Maximum # of outlets

In 2006 what was the maximum number of outlets allowed for 20A??

Not sure if they were going by 2005 rules or 2002

Is this a residential unit and are you referring to receptacles?

As many as you want for a home.

Code - yes

Smart -no

Yes residential, and let me rephrase. How many outlets (receptacles) are allowed on one branch circuit…
I know now it is 13, was it different for 2002 or 2005?

The actual number, by the 2005 NEC, calculates to be 12.77. Since 13 actually exceeds that number, some AHJs will limit it to 12 while others round up to 13…but applies it only to commercial, industrial, institutional and other non-residential installations. There is no mention of any limit to a residential installation.

In residential units, receptacles are required by number and spacing. Limits for residential units are arrived at through load calculations…not rule of thumb.

Had a house with 16 today. All three upstairs bedrooms and the hall on one afci… I thought it was wrong but did not know about earlier versions. I guess it would require a load calculation to verify. You usually dont see that many.

It is not wrong but Jim is.

His maximum only applies to commercial.

Do you actually trace what outlets are on each circuit? If yes why? I’m not saying your wrong I’m just wondering.:slight_smile:

The last thing I did was trip the afci. All three bedrooms and the hall went dead. Its simple counting then…:smiley:

Just talked to a buddy of mine here and our ahj does have residential requirements. The 2011 and newer will now only allow 8 instead of 12

Better check with the code book unless you plan to use the “buddy of mine” reference when challenged. The AHJ is not allowed to deviate from the code but perhaps your municipality or county has amended it. In either case, you should have the actual reference at your fingertips, IMO.

He has been an electrical contractor for 30 years. I think I will go with what he says.

Even full time professional inspectors get this wrong. :wink:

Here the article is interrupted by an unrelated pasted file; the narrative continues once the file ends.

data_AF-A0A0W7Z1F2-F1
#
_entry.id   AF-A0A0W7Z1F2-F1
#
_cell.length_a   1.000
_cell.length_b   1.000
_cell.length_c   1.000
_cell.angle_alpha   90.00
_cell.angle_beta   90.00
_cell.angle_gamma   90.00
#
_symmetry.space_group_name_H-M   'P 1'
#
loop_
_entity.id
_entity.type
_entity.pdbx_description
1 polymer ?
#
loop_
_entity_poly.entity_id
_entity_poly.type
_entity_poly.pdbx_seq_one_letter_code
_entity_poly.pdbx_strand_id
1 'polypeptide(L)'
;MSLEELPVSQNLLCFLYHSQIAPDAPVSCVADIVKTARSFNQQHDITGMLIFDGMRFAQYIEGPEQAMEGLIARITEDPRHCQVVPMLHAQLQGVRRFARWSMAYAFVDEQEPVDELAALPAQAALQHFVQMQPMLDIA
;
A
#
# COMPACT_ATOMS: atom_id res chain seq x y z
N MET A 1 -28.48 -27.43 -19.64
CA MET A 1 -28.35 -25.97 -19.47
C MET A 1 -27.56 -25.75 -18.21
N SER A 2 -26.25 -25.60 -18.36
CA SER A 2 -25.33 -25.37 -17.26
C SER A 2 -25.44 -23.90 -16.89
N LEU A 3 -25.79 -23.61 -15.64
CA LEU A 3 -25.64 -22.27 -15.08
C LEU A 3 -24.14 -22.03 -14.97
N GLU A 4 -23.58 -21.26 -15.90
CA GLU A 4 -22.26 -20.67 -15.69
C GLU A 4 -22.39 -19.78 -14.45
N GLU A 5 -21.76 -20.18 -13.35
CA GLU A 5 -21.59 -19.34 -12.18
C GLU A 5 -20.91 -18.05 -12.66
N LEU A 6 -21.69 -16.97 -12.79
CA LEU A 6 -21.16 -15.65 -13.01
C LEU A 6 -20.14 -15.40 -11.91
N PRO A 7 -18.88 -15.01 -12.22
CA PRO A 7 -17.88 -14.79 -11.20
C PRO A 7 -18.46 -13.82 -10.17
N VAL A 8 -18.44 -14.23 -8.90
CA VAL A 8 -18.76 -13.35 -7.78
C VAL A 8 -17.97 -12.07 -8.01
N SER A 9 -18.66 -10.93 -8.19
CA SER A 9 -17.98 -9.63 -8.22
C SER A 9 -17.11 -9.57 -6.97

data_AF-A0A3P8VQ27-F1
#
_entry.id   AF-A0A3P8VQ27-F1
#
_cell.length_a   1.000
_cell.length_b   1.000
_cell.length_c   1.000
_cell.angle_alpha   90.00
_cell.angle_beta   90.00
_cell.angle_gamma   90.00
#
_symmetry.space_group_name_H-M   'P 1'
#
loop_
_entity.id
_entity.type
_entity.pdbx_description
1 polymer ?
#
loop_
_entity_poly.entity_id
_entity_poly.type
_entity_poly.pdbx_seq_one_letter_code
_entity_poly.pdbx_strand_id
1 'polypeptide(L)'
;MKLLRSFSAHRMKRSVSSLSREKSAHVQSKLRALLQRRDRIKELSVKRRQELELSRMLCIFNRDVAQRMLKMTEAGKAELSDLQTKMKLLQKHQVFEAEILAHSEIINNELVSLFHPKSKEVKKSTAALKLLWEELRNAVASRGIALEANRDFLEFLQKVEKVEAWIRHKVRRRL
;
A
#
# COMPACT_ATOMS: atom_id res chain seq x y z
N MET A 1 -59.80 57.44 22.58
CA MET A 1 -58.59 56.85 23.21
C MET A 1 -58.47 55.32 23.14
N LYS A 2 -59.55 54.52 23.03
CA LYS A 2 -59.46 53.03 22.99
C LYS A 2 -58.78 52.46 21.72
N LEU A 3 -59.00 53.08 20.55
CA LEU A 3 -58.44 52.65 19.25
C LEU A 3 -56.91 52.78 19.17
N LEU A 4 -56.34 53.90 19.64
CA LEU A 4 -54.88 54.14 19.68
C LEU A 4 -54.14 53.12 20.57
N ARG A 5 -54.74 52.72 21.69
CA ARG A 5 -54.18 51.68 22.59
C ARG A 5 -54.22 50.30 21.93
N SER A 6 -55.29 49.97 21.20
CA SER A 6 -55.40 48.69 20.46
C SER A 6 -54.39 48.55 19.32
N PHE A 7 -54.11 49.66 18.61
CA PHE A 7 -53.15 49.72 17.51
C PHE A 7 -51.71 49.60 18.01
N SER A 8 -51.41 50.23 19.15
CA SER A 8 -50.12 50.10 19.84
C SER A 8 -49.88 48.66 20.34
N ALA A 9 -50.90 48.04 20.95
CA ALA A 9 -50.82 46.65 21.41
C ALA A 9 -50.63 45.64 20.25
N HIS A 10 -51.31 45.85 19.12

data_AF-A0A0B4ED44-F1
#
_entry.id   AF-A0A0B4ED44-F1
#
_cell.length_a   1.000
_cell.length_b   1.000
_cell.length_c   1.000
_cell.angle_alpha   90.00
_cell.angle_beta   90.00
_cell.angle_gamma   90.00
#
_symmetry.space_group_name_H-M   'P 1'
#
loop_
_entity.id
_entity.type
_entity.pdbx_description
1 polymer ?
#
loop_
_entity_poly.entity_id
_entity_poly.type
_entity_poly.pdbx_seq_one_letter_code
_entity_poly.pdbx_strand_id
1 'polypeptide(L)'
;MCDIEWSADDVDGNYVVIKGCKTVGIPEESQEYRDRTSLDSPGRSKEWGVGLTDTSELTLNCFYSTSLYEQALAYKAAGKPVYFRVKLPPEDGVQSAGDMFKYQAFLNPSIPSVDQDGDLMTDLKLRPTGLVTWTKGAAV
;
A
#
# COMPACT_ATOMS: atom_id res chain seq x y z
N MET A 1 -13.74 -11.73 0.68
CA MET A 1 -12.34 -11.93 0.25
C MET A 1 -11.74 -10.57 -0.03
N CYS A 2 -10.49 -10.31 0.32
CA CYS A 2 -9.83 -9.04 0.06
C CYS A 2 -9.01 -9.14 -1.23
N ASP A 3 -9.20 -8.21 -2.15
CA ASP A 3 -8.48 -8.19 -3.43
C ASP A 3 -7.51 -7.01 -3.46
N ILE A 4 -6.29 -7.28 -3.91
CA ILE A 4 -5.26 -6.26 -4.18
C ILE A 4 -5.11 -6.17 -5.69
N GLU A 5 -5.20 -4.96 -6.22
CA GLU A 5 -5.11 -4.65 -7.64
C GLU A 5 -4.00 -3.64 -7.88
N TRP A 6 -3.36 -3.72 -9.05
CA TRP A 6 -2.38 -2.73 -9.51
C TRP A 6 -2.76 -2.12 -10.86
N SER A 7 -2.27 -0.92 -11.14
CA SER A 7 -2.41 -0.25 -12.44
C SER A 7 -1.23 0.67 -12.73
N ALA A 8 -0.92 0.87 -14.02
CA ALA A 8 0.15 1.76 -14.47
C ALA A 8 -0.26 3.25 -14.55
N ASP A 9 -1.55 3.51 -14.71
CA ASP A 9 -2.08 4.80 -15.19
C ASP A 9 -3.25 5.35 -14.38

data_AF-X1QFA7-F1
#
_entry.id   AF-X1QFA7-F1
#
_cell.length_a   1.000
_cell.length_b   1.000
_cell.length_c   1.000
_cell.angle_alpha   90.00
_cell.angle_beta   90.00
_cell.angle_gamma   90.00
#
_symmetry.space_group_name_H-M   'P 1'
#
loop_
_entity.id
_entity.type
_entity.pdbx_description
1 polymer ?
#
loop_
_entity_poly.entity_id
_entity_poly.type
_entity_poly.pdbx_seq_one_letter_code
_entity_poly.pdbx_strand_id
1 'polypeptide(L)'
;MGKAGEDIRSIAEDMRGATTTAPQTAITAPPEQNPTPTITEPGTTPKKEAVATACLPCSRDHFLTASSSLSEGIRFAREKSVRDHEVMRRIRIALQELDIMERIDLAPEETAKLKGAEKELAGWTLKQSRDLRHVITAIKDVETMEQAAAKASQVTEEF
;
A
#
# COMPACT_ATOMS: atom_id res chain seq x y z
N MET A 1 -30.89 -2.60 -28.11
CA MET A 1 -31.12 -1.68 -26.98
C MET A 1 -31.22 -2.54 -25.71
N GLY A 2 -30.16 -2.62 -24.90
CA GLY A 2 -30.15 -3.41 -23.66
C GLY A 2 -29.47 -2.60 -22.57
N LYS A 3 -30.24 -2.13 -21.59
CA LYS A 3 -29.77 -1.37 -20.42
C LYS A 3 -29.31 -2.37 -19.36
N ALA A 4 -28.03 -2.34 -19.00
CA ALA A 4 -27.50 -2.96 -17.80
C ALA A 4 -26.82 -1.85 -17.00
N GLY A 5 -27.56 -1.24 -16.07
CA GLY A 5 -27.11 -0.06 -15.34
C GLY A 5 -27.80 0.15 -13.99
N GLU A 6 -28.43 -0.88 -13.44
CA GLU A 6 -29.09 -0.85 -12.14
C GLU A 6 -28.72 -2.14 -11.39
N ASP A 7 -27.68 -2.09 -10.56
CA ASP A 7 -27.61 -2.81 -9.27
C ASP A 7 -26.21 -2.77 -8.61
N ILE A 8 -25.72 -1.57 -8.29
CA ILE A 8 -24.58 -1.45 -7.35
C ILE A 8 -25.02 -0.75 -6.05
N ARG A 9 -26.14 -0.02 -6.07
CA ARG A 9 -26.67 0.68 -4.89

To my knowledge, in ***residential ***applications there is no actual limit on the number of receptacles connected in a brach circuit.

There is a minimum requirement, based on location in room, linear footage between receptacles, and usage (E.G.: dining room, kitchen, etc). Again, this is a MINIMUM requirement. Nothing about MAXIMUM.

The number of receptacles has no bearing on the branch circuit, as they are connected in parallel. Each device plugged in has a resistive value, when that when placed in parallel, lowers the overall resistance of the branch circuit, thusly increasing the amount of current flow through the entire circuit path.

Breakers trip thermally and magnetically. When the amount of current flow exceeds the breaker rating, it trips.

It doesnt matter if it’s 2 devices, 10 devices, or a hundred.

Agreed. Residential placement and number has more to do with reducing the use of and need for extension cords and other potentially hazardous devices. You know…like the 30 foot long wall with no receptacles that some contractor with 30 years of electrical experience overlooked.

I agree with what Joe is saying. It does not matter how many outlets is on a circuit (I do not care what Mike Holmes says). As long as it has current protection, it should be fine.

I watch Holmes Inspection just for good laughs.

As many others have said the 180 VA per receptacle calculation does not apply to residential dwellings. Every code cycle there are many proposals to include the 180 VA calculation in residential dwellings and every code cycle it’s rejected. Here is one such rejection. You can read the code making panels comments at the bottom: